Bhushan J says that these kinds of problems may not be a ground for holding a statute unconstitutional.
Kapil Sibal replies that the point is exclusion.
ASG Tushar Mehta stands up and says that nobody has been excluded because of lack of Aadhaar.
He says that circulars have been issued saying that if there is authentication +
ASG Tushar Mehta reads out a cabinet release that says that provisions have been made to handle exceptions.
ASG says that these mechanisms are already in place.
Sikri J says that many people may not be knowing that there is a provision that you can update your data.
ASG says that they have taken care of all that. He says that Aadhaar is citizen friendly and all problems have been +
The AG says that if biometrics and iris scans fail, you are entitled to produce any alternative ID. He says that there is no question of exclusion.
KS says, on that interpretation, people will refuse to authenticate.
Sikri J says that we can interpret the section in this way: if authentication fails, then +
KS says that that would amount to adding the word "or" in the section.
Chandrachud J says that we can interpret the Act in a way to ensure that there is no exclusion.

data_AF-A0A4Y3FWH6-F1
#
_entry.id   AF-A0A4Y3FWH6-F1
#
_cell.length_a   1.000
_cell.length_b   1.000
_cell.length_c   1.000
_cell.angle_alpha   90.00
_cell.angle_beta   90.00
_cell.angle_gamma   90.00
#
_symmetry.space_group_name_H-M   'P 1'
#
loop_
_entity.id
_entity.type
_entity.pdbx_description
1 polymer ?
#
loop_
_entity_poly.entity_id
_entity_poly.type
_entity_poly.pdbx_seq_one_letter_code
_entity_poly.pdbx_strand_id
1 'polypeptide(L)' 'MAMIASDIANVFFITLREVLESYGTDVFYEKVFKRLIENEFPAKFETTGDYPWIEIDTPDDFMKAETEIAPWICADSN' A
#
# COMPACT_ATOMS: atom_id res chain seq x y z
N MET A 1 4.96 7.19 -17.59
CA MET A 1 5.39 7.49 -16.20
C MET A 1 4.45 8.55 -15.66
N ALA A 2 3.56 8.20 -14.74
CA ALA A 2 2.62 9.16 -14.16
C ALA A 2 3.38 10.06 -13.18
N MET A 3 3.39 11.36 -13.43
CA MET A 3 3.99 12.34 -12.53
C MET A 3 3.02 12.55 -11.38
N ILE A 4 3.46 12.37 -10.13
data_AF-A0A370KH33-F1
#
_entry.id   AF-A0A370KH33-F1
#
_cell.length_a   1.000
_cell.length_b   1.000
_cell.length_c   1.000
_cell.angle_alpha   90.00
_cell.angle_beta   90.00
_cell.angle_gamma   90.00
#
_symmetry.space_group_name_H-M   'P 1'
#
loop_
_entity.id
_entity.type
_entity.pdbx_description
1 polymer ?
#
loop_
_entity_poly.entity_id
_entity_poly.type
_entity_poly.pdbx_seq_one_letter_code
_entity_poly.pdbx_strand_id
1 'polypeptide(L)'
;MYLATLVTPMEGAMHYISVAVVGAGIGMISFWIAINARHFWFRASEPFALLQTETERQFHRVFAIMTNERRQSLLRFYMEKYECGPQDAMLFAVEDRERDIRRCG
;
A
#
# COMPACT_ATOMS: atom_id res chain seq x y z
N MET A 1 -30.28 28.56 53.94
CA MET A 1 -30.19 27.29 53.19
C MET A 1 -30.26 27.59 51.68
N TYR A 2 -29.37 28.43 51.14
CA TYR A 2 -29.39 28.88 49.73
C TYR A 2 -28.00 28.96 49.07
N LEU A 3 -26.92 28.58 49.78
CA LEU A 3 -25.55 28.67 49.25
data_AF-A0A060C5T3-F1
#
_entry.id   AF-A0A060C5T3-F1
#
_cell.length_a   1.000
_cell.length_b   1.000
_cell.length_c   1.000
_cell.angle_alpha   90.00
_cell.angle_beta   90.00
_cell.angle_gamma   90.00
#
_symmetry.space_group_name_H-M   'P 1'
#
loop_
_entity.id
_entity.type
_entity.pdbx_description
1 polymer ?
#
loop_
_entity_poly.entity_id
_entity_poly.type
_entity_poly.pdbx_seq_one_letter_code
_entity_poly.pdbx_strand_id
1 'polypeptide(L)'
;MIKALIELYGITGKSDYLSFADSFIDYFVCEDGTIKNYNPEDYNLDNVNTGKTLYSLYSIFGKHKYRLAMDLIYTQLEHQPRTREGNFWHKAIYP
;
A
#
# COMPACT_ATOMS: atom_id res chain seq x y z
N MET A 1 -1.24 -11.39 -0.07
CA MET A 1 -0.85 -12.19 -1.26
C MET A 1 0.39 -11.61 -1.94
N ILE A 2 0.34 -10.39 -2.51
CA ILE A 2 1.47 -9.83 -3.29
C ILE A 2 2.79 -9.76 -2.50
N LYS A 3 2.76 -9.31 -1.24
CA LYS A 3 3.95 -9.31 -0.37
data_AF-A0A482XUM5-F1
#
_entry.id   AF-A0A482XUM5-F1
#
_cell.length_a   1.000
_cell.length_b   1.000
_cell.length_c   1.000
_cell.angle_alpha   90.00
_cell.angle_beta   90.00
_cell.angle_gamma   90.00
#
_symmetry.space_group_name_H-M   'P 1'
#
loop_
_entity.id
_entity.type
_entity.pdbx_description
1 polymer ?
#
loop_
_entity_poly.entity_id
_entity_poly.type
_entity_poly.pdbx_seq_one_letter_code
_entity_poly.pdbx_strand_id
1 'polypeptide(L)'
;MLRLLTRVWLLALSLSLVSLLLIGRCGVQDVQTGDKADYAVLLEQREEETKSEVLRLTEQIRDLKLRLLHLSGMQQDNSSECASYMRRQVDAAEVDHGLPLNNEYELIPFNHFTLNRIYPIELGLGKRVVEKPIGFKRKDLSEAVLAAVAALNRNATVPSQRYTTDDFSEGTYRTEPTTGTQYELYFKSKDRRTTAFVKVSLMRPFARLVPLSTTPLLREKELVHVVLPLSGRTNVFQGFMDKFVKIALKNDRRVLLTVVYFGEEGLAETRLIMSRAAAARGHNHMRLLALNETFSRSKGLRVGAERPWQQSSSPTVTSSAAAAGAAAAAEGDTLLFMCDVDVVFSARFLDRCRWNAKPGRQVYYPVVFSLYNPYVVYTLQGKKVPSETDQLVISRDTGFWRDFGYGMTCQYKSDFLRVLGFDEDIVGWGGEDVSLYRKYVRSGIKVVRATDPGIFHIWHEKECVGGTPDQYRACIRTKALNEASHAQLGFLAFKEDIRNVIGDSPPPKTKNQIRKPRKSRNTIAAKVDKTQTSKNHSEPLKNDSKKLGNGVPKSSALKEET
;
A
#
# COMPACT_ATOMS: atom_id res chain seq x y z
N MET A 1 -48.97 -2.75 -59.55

The opposition Conservative party opposed it on the ground that it was fundamentally changing the relationship between individual and State.
Kapil Sibal says that this is a recognition of the pitfalls.
KS: "My entitlements should depend on my status, not on my identity. I might be a pensioner with a pension card issued by the government, but the government can still deny me."
Sikri J observes that those alternative forms are acceptable even at the time of enrolment.
KS: Yes, exactly. Acceptable for enrolment but not for identification. What's the basis for this?
KS says that Article 21 of the Constitution guarantees choice, and Aadhaar takes it away.
KS says that there should be a choice in exactly that.
To continue on Tuesday. (the court is hearing the Ayodhya case in the afternoon.)